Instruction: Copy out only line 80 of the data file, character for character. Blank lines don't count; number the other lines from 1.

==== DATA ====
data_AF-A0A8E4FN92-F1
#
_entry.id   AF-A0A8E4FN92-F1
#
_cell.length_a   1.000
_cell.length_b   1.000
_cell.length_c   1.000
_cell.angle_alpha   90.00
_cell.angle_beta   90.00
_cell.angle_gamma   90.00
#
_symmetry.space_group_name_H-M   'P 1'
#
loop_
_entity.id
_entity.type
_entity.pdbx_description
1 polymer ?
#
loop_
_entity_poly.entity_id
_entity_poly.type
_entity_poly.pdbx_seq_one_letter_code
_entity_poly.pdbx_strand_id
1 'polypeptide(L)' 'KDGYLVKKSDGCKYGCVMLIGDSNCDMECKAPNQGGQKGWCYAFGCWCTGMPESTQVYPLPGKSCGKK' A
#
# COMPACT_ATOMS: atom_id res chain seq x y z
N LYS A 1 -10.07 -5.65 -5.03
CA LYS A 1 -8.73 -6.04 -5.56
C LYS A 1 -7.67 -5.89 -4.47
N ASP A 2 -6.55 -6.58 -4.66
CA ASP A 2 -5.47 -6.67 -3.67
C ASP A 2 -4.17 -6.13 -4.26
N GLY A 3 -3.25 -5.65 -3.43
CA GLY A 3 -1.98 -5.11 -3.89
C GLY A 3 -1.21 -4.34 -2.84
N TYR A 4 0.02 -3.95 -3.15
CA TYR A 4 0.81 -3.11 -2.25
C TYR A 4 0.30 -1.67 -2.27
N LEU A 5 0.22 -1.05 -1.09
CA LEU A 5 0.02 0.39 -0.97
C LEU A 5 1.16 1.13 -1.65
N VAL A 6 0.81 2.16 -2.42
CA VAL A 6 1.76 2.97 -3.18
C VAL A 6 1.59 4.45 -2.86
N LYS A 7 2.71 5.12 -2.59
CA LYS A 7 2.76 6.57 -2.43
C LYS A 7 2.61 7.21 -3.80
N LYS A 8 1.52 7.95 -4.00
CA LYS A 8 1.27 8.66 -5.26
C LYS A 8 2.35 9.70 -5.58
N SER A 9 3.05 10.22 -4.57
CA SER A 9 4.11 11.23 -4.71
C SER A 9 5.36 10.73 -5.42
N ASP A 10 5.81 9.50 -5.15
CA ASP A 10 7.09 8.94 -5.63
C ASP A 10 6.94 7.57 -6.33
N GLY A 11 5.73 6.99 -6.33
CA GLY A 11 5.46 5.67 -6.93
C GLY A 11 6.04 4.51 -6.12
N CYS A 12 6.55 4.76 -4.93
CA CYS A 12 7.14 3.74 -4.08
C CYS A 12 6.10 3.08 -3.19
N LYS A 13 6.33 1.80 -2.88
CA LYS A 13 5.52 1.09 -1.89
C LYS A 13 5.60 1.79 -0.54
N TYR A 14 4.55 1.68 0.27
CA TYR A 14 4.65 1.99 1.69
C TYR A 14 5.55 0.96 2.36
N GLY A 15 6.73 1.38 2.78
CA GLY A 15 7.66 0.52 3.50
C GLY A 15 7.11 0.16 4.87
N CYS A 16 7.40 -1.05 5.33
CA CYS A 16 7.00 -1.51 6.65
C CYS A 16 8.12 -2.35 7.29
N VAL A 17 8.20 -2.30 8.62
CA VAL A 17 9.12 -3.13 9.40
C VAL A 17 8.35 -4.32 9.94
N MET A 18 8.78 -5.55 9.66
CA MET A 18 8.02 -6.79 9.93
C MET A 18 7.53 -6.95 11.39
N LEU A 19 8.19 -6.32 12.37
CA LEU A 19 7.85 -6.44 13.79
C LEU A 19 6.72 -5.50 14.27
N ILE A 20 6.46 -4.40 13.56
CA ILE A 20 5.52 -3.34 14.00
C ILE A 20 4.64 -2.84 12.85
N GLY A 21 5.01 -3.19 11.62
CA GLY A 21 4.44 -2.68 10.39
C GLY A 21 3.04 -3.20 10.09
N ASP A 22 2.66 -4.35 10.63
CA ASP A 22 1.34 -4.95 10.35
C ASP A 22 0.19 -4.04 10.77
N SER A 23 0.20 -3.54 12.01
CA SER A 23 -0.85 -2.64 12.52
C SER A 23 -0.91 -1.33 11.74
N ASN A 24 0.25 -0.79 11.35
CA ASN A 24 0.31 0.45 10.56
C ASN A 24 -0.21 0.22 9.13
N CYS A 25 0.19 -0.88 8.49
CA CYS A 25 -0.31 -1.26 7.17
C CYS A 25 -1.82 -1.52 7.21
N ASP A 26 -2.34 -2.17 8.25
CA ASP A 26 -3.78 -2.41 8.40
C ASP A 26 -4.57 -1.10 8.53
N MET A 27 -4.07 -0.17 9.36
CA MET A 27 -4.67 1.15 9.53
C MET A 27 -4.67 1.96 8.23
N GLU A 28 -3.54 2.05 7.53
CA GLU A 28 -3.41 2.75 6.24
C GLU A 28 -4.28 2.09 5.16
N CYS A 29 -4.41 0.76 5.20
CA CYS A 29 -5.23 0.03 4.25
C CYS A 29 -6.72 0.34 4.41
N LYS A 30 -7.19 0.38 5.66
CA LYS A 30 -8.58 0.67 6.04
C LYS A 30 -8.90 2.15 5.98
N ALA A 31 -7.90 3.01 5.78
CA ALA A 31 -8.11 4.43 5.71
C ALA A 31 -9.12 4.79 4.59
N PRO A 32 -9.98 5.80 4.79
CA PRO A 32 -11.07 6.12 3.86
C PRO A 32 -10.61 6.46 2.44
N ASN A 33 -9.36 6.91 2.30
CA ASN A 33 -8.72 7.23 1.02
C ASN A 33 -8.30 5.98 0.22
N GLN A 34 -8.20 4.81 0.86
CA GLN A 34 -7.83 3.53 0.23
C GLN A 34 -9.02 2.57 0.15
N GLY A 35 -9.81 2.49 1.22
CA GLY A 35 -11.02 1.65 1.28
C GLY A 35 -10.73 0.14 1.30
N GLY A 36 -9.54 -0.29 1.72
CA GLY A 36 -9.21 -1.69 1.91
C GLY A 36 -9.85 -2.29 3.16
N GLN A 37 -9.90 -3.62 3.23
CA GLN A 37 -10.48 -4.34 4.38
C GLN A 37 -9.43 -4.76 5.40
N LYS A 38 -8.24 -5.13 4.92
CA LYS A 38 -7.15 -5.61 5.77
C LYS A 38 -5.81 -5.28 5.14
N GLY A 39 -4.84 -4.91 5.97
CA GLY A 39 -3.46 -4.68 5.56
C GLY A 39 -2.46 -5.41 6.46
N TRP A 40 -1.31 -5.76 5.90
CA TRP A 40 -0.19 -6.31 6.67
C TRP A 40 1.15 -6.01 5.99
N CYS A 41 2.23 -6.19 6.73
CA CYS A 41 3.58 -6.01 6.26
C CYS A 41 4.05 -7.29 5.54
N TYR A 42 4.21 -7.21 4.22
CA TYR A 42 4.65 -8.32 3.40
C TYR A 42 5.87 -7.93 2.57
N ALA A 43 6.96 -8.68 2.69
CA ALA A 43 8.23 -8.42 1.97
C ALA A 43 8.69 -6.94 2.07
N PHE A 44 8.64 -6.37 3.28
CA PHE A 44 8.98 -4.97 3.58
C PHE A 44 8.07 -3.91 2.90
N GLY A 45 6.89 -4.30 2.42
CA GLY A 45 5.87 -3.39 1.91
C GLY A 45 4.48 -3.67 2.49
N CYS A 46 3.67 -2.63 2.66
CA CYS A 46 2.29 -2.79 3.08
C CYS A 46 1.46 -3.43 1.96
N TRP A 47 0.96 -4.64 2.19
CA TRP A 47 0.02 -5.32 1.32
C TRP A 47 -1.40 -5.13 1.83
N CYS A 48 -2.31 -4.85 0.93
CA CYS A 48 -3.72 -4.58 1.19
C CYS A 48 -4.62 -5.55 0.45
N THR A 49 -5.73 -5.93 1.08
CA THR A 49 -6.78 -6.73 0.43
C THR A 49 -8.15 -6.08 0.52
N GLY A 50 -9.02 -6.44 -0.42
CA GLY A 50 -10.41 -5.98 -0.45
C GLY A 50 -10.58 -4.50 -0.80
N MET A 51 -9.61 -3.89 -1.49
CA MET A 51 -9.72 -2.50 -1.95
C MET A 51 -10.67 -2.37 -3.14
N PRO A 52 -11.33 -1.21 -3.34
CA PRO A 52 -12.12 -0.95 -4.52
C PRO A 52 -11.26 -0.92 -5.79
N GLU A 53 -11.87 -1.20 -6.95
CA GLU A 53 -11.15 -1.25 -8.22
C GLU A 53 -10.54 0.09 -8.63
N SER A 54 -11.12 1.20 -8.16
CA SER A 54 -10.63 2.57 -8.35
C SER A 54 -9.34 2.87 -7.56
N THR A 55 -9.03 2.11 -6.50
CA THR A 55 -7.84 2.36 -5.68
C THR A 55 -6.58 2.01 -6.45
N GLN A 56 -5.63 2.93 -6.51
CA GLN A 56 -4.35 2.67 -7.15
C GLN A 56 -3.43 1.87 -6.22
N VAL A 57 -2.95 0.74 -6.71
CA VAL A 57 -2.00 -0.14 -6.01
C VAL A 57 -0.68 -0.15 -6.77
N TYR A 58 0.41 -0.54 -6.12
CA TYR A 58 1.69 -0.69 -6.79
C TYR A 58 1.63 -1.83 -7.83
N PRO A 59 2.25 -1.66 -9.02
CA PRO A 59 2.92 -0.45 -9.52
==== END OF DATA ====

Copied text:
CA MET A 18 8.02 -6.79 9.93